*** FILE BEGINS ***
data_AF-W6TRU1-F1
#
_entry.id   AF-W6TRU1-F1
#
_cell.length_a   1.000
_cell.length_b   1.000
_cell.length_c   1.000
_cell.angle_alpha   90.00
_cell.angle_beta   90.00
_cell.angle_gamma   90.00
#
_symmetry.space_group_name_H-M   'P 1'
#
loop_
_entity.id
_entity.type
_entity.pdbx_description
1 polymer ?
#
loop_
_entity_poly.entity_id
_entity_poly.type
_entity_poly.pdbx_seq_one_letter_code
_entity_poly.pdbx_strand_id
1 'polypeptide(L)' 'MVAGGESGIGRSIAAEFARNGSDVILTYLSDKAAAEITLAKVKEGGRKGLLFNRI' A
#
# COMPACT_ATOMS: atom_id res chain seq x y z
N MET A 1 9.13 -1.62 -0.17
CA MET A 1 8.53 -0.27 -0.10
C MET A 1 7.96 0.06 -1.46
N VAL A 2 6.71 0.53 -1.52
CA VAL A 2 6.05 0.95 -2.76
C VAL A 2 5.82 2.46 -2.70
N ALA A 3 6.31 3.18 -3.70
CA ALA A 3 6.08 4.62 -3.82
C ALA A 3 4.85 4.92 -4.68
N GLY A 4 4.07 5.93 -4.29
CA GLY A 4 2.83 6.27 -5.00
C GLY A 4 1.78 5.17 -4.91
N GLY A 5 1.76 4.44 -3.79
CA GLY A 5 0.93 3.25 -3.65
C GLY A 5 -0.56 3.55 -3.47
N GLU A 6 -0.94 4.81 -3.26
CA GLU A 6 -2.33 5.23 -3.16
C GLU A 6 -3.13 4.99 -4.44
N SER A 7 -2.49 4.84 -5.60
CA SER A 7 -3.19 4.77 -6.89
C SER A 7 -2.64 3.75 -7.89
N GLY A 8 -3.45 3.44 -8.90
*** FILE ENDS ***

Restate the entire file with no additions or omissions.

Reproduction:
data_AF-W6TRU1-F1
#
_entry.id   AF-W6TRU1-F1
#
_cell.length_a   1.000
_cell.length_b   1.000
_cell.length_c   1.000
_cell.angle_alpha   90.00
_cell.angle_beta   90.00
_cell.angle_gamma   90.00
#
_symmetry.space_group_name_H-M   'P 1'
#
loop_
_entity.id
_entity.type
_entity.pdbx_description
1 polymer ?
#
loop_
_entity_poly.entity_id
_entity_poly.type
_entity_poly.pdbx_seq_one_letter_code
_entity_poly.pdbx_strand_id
1 'polypeptide(L)' 'MVAGGESGIGRSIAAEFARNGSDVILTYLSDKAAAEITLAKVKEGGRKGLLFNRI' A
#
# COMPACT_ATOMS: atom_id res chain seq x y z
N MET A 1 9.13 -1.62 -0.17
CA MET A 1 8.53 -0.27 -0.10
C MET A 1 7.96 0.06 -1.46
N VAL A 2 6.71 0.53 -1.52
CA VAL A 2 6.05 0.95 -2.76
C VAL A 2 5.82 2.46 -2.70
N ALA A 3 6.31 3.18 -3.70
CA ALA A 3 6.08 4.62 -3.82
C ALA A 3 4.85 4.92 -4.68
N GLY A 4 4.07 5.93 -4.29
CA GLY A 4 2.83 6.27 -5.00
C GLY A 4 1.78 5.17 -4.91
N GLY A 5 1.76 4.44 -3.79
CA GLY A 5 0.93 3.25 -3.65
C GLY A 5 -0.56 3.55 -3.47
N GLU A 6 -0.94 4.81 -3.26
CA GLU A 6 -2.33 5.23 -3.16
C GLU A 6 -3.13 4.99 -4.44
N SER A 7 -2.49 4.84 -5.60
CA SER A 7 -3.19 4.77 -6.89
C SER A 7 -2.64 3.75 -7.89
N GLY A 8 -3.45 3.44 -8.90